Let’s Talk About the Double Standard of the Lenny Kravitz Wardrobe Malfunction

Edmonton Oddball Productions guy Danny Fournier brings up some very good points about the recent sighting of Lenny Kravitz’s bejeweled family jewels.

Lenny Kravitz’s ‘wardrobe malfunction’ was pretty much headline news this past week and in all the coverage I noticed something, an obvious double standard.

When covering the incident, female news anchors (the ones that I saw covering the story) reported it as a positive story. Some of which were genuinely excited about the ‘wardrobe malfunction’, going as far as to allude to how easy it is to find the unedited pictures online, bragging that they not only already saw the photos but enjoyed what they saw.

So what would happen if the roles were reversed?

What if a female celebrity had a ‘wardrobe malfunction’ that was caught on video and there were pictures posted about it and a male anchor reported it as positive news encouraging viewers to go find the pictures online?

That actually happened a while back when a variety of female celebrity selfies were leaked out on the internet. Did you see any of the male or female anchors reporting on the story suggesting people check them out online or allude to how good the pictures were? This story was reported in a completely different fashion. Private nude photos of Jennifer Lawrence, Victoria Justice, Kate Upton and more getting leaked out onto the internet wasn’t just referred to as a scandal, but was even called a sex crime and many even went as far as to say if you searched out and looked at these leaked pictures you too were committing a sex crime against these celebrities.

I’m not disagreeing with that. Those actress had every right to be upset about those pictures being leaked and I think the media and others condemning the leaking of the photos was commendable, although one could argue that simply by reporting it they caused just as much damage as the people who leaked the photos–but that’s a discussion for another blog.

So why wasn’t the same approached used when the photos of Lenny Kravitz ‘wardrobe malfunction’ started getting shared on the internet?

Read the rest of Danny’s post here. Anyone care to weigh in?

Alan Cross

is an internationally known broadcaster, interviewer, writer, consultant, blogger and speaker. In his 40+ years in the music business, Alan has interviewed the biggest names in rock, from David Bowie and U2 to Pearl Jam and the Foo Fighters. He’s also known as a musicologist and documentarian through programs like The Ongoing History of New Music.

4 thoughts on “Let’s Talk About the Double Standard of the Lenny Kravitz Wardrobe Malfunction

  • August 11, 2015 at 10:36 am

    I don’t totally disagree with him, but the comparison to the celebrity nude photos scandal isn’t an apt comparison. That was a case of someone hacking into password-protected iCloud accounts, stealing private photos, and releasing them to the public. In Kravitz’s case, it was a public performance where people are expected to be taking photos and video and then they got more than expected. Two very different cases and one is definitely a greater violation of privacy and property. That said, if reporters were gleefully talking about seeing Kravitz’s business, that is definitely unprofessional and in poor taste. I think a more apt comparison would be Janet Jackson’s Super Bowl incident years ago.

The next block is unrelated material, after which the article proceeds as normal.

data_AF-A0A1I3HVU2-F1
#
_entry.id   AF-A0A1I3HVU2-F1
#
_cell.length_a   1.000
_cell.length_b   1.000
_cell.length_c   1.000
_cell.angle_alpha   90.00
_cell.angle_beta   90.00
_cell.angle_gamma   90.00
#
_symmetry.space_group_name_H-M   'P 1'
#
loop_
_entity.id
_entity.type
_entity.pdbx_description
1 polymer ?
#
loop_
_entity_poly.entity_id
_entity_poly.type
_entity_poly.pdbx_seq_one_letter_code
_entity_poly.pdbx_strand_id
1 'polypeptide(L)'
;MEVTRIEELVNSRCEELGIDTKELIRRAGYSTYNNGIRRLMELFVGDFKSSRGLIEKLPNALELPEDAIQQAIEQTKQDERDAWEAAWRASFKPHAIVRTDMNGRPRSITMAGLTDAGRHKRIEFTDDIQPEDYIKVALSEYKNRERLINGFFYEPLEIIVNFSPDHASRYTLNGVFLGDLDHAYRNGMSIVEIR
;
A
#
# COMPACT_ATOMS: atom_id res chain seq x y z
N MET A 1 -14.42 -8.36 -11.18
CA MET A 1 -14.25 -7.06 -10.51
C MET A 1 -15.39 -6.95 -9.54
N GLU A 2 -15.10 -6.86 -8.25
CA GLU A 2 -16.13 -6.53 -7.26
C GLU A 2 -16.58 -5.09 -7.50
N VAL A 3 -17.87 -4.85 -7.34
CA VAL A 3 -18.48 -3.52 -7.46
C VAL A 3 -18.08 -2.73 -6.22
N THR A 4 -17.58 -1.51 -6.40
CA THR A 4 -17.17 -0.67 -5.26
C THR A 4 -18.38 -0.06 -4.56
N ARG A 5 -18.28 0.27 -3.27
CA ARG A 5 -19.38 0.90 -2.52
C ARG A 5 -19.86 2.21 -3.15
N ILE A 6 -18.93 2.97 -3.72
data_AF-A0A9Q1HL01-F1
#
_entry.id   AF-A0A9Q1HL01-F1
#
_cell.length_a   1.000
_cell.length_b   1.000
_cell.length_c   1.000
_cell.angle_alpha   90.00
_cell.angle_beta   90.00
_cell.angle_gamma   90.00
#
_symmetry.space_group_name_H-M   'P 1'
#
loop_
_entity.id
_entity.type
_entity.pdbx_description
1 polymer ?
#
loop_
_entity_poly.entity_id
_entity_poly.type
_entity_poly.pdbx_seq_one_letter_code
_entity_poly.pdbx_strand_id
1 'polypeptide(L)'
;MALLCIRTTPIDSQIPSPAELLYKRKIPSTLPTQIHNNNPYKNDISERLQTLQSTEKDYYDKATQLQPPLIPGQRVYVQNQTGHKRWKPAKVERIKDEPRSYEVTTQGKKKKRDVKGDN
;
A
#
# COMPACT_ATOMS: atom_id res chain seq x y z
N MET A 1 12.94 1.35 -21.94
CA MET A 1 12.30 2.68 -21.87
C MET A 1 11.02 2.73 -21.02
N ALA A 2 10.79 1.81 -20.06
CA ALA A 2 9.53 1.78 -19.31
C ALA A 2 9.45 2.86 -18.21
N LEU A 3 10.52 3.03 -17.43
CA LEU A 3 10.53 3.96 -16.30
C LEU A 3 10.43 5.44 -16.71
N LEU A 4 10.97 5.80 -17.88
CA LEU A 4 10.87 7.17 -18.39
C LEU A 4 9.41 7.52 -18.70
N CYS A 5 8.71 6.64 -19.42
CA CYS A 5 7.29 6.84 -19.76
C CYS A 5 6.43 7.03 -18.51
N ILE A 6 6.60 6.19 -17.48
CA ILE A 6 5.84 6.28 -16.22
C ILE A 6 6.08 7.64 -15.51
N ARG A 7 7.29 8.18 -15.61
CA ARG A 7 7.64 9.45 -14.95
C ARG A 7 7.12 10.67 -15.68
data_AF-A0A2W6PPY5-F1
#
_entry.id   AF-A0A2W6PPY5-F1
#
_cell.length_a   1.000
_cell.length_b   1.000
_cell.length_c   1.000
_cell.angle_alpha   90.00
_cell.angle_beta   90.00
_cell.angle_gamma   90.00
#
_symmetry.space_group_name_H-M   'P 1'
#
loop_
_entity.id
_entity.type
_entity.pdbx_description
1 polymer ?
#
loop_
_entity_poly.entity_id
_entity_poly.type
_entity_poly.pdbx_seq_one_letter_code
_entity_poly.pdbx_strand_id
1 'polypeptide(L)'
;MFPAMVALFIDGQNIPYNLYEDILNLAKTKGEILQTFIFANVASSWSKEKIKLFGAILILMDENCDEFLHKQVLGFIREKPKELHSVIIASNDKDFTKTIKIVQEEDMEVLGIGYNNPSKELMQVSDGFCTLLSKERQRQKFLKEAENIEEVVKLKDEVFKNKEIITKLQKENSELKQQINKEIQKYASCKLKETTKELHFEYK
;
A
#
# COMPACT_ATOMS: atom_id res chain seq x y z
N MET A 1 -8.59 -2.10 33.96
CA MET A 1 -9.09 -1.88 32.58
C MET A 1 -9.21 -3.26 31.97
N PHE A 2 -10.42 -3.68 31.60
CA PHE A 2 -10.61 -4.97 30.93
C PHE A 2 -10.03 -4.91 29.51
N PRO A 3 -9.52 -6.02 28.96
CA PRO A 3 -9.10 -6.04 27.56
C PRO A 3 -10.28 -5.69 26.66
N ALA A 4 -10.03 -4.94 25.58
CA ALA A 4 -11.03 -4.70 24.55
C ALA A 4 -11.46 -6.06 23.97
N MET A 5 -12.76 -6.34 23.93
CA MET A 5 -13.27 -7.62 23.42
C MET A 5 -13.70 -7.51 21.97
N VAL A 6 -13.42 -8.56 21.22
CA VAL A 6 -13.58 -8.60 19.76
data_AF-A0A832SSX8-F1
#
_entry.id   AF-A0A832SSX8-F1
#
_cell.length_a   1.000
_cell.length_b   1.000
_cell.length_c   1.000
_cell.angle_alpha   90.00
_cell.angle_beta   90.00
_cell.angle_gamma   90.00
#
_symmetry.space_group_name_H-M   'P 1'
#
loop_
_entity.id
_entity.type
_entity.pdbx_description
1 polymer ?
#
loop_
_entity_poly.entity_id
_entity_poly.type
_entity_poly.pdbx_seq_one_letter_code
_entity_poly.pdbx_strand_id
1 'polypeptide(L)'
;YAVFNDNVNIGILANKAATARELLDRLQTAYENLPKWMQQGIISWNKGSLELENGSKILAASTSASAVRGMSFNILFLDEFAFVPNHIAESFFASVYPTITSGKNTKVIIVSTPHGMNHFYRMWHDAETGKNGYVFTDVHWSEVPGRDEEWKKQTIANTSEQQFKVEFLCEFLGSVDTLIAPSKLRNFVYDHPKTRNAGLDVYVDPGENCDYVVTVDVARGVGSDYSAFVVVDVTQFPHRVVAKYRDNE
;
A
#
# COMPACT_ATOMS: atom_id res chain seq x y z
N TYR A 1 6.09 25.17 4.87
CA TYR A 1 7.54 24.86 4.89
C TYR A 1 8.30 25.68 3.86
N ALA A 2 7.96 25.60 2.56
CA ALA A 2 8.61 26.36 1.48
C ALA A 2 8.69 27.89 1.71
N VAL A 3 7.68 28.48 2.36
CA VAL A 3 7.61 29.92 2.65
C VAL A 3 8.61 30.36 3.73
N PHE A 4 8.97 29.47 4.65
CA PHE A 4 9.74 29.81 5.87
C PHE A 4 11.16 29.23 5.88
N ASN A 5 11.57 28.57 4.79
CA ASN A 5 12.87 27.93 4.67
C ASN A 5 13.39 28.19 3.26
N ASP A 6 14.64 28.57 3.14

• August 11, 2015 at 12:22 pm

    Kravitz was in public, so the comparison to the Leaked stolen images isn’t quite the same (though the suggestion that people search them out online certainly is). This is more like the shots of Britney and the others getting out of cars with no underwear. Lets be honest, the Jackson fiasco was completely intentional.

    However, since when is it acceptable (or legal) to take a photo up a woman’s skirt? And yet, the media took great glee in publishing those photos. Were those photographers random perverts at the mall, they would have been arrested.

  • August 11, 2015 at 5:45 pm

    Thanks for the comments!

    Mike…I agree, you can’t compare hacked/leaked stolen photos to a wardrobe malfunction. That’s not where I see the double standard happening. Once the photos are made available online, how the media covered the incidents is where the double standard appeared. For one the media implied that you are just as guilty as the hackers if you search out the photos in the other situation they commented on how much they enjoyed the photos and alluded to how easy the photos were to find.

    Kerry…I also agree, you can’t compare this wardrobe malfunction to the Janet Jackson incident. Not only was the Superbowl incident likely planned, it happened in 2004 when we weren’t as linked in to the internet as we are now. The iPhone wouldn’t arrive for another 3 years and in 2004 some people were still using dial up. The Britney “crotch shots” are more comparable as one could argue that the photographer was simply at the right place at the right time in both situations. But you also brought up a very valid point about a photographer taking crotch shoots in a mall. But even in the Britney crotch shot incident, I remember the media condemning her for not knowing better, for not wearing underwear and it was used almost as a Britney Smear campaign. Where as with Lenny, it was almost like the media was commending him on his ‘man-hood’


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